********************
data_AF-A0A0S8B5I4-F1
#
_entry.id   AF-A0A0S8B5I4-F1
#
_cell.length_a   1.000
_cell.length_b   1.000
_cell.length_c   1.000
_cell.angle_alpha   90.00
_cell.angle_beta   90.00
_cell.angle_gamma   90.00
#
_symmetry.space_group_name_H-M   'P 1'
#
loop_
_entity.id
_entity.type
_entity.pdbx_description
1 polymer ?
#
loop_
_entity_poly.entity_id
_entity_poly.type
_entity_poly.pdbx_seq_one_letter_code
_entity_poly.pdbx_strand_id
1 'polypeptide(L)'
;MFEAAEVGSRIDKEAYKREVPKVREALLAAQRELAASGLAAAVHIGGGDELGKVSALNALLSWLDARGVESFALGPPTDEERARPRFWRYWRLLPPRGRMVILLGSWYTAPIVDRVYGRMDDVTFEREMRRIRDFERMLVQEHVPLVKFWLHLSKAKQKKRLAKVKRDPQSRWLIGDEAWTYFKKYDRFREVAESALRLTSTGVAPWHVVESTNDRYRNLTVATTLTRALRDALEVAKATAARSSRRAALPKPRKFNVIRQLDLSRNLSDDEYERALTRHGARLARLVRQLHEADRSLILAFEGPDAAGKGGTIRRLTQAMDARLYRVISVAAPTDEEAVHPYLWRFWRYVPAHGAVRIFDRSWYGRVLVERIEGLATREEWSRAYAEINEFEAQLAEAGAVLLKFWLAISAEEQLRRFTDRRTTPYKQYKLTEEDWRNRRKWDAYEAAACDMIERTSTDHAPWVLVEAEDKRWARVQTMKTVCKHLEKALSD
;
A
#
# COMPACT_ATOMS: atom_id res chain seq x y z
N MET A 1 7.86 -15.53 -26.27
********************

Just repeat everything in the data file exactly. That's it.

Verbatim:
data_AF-A0A0S8B5I4-F1
#
_entry.id   AF-A0A0S8B5I4-F1
#
_cell.length_a   1.000
_cell.length_b   1.000
_cell.length_c   1.000
_cell.angle_alpha   90.00
_cell.angle_beta   90.00
_cell.angle_gamma   90.00
#
_symmetry.space_group_name_H-M   'P 1'
#
loop_
_entity.id
_entity.type
_entity.pdbx_description
1 polymer ?
#
loop_
_entity_poly.entity_id
_entity_poly.type
_entity_poly.pdbx_seq_one_letter_code
_entity_poly.pdbx_strand_id
1 'polypeptide(L)'
;MFEAAEVGSRIDKEAYKREVPKVREALLAAQRELAASGLAAAVHIGGGDELGKVSALNALLSWLDARGVESFALGPPTDEERARPRFWRYWRLLPPRGRMVILLGSWYTAPIVDRVYGRMDDVTFEREMRRIRDFERMLVQEHVPLVKFWLHLSKAKQKKRLAKVKRDPQSRWLIGDEAWTYFKKYDRFREVAESALRLTSTGVAPWHVVESTNDRYRNLTVATTLTRALRDALEVAKATAARSSRRAALPKPRKFNVIRQLDLSRNLSDDEYERALTRHGARLARLVRQLHEADRSLILAFEGPDAAGKGGTIRRLTQAMDARLYRVISVAAPTDEEAVHPYLWRFWRYVPAHGAVRIFDRSWYGRVLVERIEGLATREEWSRAYAEINEFEAQLAEAGAVLLKFWLAISAEEQLRRFTDRRTTPYKQYKLTEEDWRNRRKWDAYEAAACDMIERTSTDHAPWVLVEAEDKRWARVQTMKTVCKHLEKALSD
;
A
#
# COMPACT_ATOMS: atom_id res chain seq x y z
N MET A 1 7.86 -15.53 -26.27